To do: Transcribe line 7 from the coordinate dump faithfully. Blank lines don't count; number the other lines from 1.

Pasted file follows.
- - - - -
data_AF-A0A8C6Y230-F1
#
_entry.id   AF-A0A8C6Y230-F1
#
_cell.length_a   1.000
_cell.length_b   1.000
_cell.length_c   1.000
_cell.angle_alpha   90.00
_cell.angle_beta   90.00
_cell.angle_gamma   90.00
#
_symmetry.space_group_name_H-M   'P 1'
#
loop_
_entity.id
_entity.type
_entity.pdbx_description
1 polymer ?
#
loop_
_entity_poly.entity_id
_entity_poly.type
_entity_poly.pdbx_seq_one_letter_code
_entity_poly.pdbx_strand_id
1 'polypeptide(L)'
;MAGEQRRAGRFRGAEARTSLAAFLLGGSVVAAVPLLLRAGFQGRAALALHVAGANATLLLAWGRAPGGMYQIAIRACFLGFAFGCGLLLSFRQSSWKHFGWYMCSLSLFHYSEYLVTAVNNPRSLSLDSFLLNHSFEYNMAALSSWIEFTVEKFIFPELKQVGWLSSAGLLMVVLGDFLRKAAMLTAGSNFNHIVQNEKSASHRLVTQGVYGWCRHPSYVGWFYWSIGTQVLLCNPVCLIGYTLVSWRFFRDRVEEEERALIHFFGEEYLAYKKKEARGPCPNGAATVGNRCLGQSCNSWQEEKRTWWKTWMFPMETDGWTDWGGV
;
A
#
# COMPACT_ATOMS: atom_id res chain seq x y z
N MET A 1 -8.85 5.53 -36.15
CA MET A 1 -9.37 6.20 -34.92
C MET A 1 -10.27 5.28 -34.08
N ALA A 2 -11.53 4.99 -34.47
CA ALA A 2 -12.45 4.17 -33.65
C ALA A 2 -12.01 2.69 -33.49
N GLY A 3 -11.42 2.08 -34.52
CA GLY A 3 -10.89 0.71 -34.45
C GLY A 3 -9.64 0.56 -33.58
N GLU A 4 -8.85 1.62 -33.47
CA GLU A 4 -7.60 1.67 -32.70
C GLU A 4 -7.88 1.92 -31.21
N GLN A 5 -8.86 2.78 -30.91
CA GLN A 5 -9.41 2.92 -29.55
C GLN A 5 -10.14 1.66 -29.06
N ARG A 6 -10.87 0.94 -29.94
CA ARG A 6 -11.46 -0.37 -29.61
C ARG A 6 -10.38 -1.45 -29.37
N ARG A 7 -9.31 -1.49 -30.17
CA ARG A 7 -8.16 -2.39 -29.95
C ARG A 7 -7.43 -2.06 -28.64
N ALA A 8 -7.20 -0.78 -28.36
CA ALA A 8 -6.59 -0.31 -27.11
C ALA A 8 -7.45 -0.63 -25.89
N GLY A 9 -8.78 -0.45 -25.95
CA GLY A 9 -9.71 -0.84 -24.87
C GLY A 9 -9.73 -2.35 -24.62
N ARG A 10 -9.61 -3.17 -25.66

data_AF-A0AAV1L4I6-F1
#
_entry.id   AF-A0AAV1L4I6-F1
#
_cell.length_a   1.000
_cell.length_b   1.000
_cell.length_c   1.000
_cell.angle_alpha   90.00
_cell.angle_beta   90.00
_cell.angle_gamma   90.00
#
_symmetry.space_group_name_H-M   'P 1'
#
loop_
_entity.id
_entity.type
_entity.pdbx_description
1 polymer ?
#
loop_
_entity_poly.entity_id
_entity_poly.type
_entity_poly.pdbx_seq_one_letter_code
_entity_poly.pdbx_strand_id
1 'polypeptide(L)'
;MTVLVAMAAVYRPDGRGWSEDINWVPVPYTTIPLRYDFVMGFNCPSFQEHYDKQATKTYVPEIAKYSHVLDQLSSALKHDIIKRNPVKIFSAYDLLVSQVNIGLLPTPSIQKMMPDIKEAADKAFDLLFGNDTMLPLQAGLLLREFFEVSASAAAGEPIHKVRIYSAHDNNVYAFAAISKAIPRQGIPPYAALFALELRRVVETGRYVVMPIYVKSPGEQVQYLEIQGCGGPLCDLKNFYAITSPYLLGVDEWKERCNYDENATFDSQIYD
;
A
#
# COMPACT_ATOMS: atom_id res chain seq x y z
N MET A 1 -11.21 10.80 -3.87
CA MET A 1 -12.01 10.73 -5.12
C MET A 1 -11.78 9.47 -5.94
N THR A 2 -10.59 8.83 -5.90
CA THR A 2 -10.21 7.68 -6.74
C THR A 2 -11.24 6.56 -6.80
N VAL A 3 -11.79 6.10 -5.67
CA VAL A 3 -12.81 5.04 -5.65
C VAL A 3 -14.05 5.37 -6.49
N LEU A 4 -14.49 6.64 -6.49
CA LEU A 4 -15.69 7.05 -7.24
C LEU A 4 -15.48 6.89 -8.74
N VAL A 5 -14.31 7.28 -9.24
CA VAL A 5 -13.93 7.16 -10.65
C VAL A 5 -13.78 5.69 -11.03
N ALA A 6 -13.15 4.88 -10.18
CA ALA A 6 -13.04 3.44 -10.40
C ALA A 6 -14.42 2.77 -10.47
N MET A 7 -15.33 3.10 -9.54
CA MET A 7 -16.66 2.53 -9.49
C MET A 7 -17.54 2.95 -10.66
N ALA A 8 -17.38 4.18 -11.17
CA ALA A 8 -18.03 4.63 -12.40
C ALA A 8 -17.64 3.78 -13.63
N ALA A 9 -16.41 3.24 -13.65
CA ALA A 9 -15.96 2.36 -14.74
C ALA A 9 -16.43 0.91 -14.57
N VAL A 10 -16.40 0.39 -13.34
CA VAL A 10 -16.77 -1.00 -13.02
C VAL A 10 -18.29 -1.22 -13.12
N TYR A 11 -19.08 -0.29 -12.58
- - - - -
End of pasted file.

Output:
_cell.length_c   1.000